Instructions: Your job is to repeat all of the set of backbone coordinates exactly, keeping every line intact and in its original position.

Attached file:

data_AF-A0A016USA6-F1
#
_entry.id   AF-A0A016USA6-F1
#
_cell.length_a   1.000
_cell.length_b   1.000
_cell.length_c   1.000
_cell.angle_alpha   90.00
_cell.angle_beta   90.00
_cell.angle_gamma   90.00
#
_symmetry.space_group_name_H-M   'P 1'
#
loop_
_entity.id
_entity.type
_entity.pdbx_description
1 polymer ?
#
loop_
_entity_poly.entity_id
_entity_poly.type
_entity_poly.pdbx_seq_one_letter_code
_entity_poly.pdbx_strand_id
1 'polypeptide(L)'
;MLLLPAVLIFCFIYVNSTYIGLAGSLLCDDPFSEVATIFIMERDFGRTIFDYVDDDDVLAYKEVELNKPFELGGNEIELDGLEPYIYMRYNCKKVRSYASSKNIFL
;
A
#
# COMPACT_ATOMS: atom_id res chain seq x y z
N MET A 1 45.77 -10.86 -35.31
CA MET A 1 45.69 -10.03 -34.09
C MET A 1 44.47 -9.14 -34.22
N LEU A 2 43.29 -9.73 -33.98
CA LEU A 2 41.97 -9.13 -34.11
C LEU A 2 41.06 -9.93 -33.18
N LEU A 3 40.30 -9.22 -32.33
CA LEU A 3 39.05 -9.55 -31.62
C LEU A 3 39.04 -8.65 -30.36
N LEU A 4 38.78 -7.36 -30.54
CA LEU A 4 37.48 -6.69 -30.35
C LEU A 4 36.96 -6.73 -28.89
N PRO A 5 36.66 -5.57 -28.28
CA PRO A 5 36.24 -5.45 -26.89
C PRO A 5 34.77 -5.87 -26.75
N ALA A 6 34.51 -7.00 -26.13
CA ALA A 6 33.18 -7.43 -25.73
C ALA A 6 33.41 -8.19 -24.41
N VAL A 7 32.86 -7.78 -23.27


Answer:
data_AF-A0A016USA6-F1
#
_entry.id   AF-A0A016USA6-F1
#
_cell.length_a   1.000
_cell.length_b   1.000
_cell.length_c   1.000
_cell.angle_alpha   90.00
_cell.angle_beta   90.00
_cell.angle_gamma   90.00
#
_symmetry.space_group_name_H-M   'P 1'
#
loop_
_entity.id
_entity.type
_entity.pdbx_description
1 polymer ?
#
loop_
_entity_poly.entity_id
_entity_poly.type
_entity_poly.pdbx_seq_one_letter_code
_entity_poly.pdbx_strand_id
1 'polypeptide(L)'
;MLLLPAVLIFCFIYVNSTYIGLAGSLLCDDPFSEVATIFIMERDFGRTIFDYVDDDDVLAYKEVELNKPFELGGNEIELDGLEPYIYMRYNCKKVRSYASSKNIFL
;
A
#
# COMPACT_ATOMS: atom_id res chain seq x y z
N MET A 1 45.77 -10.86 -35.31
CA MET A 1 45.69 -10.03 -34.09
C MET A 1 44.47 -9.14 -34.22
N LEU A 2 43.29 -9.73 -33.98
CA LEU A 2 41.97 -9.13 -34.11
C LEU A 2 41.06 -9.93 -33.18
N LEU A 3 40.30 -9.22 -32.33
CA LEU A 3 39.05 -9.55 -31.62
C LEU A 3 39.04 -8.65 -30.36
N LEU A 4 38.78 -7.36 -30.54
CA LEU A 4 37.48 -6.69 -30.35
C LEU A 4 36.96 -6.73 -28.89
N PRO A 5 36.66 -5.57 -28.28
CA PRO A 5 36.24 -5.45 -26.89
C PRO A 5 34.77 -5.87 -26.75
N ALA A 6 34.51 -7.00 -26.13
CA ALA A 6 33.18 -7.43 -25.73
C ALA A 6 33.41 -8.19 -24.41
N VAL A 7 32.86 -7.78 -23.27